“A very dangerous and uncertain world, the President said on that last day”
Leo Hurwitz’s Essay On Death (Watch Film) speaks to death’s randomness. Of course, JFK’s murder wasn’t random, but the fact that death can come out of nowhere at any time means we live constantly with the fragility of life. At the same time, we’re also surrounded by beauty and life’s joys. Neither escapes us. John Fitzgerald Kennedy (1917 – 1963) was assassinated in Dallas, Texas on November 22. 1963. I was sixteen years old when his murder was announced over the loudspeaker in my high school English class. School was dismissed. I walked home along the train tracks with a close friend, both of us shaken by the suddenness of death.
The Film’s History
Leo was still blacklisted from the television networks just before he made Essay on Death. He was able to find work, though, at National Educational Television (NET), through his friend Gilbert Seldes. Seldes advised Leo to stay away from political and public affairs and concentrate on cultural affairs programming. One of the first projects Leo was asked to write, direct, and edit for NET was Essay on Death: A Memorial to John F. Kennedy (1964) commemorating the first anniversary of Kennedy’s assassination. Leo wrote the screenplay and the film was co-written by NET producer Brice Howard (original script), filmed by cameraman Manfred Kirchheimer and D’arcy Marsh, and co-edited by Peggy Lawson, who later became Leo’s wife. Following Essay on Death, Leo went on to write, direct, and produce the acclaimed documentaries The Sun and Richard Lippold and In Search of Hart Crane (both 1966) for the network.
Throughout the film’s narration, the poetry of many different poets (quoted in italics in this piece) joins with Leo’s words to speak to the fragility of life and the tragedy of loss.
Essay On Death begins with Richard Lippold’s Sun, spinning and glittering as vividly as the sparks of the fire that was extinguished when JFK died. We hear a Rod Sterling-esque voice (Christopher Plummer) taking us into the twilight zone of a strangely “deep and perplexing grief.” A grief interrupting the hopeful emotions of that day so that “there was no peace in us.”
Intermixed with Lippold’s Sun are images of Dallas and the motorcade in which JFK rode before he was killed. We see JFK smiling, sitting casually in the unprotected back seat of a convertible with Jackie, both waving warmly to the admiring crowd. Trust, that’s what we see. Open and exposed, on that sunny day in November, they don’t question their safety. Three shots and a single bullet prove them wrong. Richard Lippold’s Sun glitters, showing us the “essence of potentiality … shattered in an instant.”
JFK’s face, masked by Richard Lippold’s Sun, appears fiercely determined. Yet the glittering beams of Lippold’s sculpture make that face look as splintered as the dream he stood for and as his life soon became.
Fear & Unexpected Loss
Our narrator introduces us to Essay On Death, as we remember that shocking day: “Many of us felt fear, fear at what had happened; what had been let loose inside us; fear of the stroke of cessation.” We see troubled faces: a young man, his face in his hands, a young woman, African American, head bowed in sorrow.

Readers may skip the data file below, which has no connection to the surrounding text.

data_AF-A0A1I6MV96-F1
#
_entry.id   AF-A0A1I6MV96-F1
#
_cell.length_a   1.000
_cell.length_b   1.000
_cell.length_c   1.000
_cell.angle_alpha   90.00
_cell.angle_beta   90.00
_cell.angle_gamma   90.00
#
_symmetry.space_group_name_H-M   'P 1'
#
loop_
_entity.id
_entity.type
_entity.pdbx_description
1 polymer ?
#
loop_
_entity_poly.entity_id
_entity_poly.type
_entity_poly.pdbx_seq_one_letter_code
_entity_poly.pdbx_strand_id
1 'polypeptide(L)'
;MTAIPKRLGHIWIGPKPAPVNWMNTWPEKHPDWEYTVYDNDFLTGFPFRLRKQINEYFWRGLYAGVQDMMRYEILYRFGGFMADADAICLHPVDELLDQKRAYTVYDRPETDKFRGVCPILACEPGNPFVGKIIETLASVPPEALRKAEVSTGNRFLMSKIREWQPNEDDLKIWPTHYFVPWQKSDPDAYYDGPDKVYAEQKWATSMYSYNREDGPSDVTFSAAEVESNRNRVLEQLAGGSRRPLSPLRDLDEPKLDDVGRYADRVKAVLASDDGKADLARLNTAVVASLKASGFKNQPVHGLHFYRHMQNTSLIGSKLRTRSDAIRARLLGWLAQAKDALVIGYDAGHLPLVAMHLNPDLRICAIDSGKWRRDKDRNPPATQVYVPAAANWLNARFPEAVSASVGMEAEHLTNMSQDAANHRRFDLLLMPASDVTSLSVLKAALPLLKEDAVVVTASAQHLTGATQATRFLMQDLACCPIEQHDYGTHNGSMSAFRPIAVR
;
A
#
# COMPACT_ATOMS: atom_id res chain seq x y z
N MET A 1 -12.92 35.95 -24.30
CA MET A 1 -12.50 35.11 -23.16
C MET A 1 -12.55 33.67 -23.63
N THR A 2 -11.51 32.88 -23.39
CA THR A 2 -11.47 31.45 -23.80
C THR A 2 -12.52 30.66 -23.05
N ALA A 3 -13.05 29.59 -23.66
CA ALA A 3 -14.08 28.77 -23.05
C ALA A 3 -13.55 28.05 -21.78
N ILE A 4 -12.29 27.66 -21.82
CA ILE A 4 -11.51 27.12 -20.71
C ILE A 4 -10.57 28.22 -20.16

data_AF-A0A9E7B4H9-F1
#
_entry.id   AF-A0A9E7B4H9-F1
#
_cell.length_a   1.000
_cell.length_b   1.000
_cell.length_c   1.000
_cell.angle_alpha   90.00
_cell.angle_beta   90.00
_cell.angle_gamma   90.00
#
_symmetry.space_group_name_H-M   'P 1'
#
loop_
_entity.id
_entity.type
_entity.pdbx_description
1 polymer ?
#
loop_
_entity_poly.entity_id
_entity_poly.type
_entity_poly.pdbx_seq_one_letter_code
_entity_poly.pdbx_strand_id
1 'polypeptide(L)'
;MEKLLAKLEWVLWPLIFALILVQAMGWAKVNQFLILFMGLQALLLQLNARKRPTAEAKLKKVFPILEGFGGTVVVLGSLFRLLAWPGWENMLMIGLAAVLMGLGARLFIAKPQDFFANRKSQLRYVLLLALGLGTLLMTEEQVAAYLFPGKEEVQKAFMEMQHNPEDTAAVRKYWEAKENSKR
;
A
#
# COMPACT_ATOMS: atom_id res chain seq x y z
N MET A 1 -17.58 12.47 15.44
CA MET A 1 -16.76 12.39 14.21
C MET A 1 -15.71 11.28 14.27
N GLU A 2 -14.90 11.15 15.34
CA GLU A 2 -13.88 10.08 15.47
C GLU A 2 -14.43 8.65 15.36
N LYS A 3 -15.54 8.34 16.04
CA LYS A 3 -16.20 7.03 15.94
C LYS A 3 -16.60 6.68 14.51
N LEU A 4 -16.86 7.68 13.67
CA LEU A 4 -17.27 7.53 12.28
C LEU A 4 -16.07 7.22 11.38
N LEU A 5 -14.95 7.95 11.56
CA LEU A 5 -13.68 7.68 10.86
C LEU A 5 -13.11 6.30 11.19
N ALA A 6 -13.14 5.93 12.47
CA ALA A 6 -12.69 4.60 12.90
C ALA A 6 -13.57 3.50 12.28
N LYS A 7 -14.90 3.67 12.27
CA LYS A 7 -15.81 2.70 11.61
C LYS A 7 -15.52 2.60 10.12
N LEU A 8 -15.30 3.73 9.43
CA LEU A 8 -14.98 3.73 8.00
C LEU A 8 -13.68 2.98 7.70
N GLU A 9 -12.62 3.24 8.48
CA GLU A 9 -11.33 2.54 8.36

We were all joined in sorrow that day: “The death of the man for whom this program is a memorial is a bitter one. His place among men made it a lofty one. The loss traveled far into many hearts.” We see faces in shock/disbelief/fear; men’s faces; women’s faces, black and white and brown: “… all of us wore the mantle of death.” Jackie/black hair/black beret/her profile, solemn, in shock and sorrow; her face is emblematic of Loss.
Leo’s poetic words speak to Loss’s seeming endlessness:
“The Sun turns black, an awful gnawing turns the hours to ragged grief and the afternoons come slowly … we search in the air for the words for what we now can hardly feel. So the days pass, and the nights, with unsatisfied remembering.”
We all grieved as Jackie grieved; for her loss, for our own, for past losses, and for the unthinkable losses we fear.
Our Own Awful Mortality
A car passes by on a road weaving alongside the cemetery. Life goes on. But, as our narrator reminds us: “never again will that one particular shape, that one possibility … share the life remaining – and one by one, the deaths of others bring us to an acknowledgment of our own.”
This program is about death, our narrator tells us – and this we already know. The images from Dallas can’t escape us, the sorrowful and grieving faces give us other clues. This program is about the death of JFK. But it is also about how death insists itself into our everyday lives and reminds us of our own awful mortality – against which we must live, fiercely defying death.
The film weaves in and out of a cemetery with its rows of tombstones, reminding us that death lives in our presence. A tree towers and grows into the sky watching over life, green and sturdy. The camera follows its branches and trunk downward, resting on a tombstone sitting near its roots, small in comparison, but a stark reminder that death is always nearby.
Gate of Wisdom/Awful Grief
“The gate of wisdom. How many may enter it when this awful grief fulfills itself in us?”
Images on the screen: a woodblock etching of trees’ branches, black, electric, disturbed and disturbing. A sculpture with a cracked eye almost gouged out. In grief, one eye sees life ahead, while the other is blinded to going on. An image of a troubling abstract painting of a face: teeth are clenched; eyes and nose distorted; this is a face in pieces, everything in the wrong place. And, so it is with grief.
“What was known becomes strange. We find ourselves a spiritless presence … when love is shocked by death, grief will not be withheld … we must pass through the source to the other side. A cold question weighs on the heart – but in that heart, there is life.”
Life is fragile. Our very human capacity to set such realities aside allows us, for the most part, to forget – and to live unafraid.
Life & Death/Strange Companions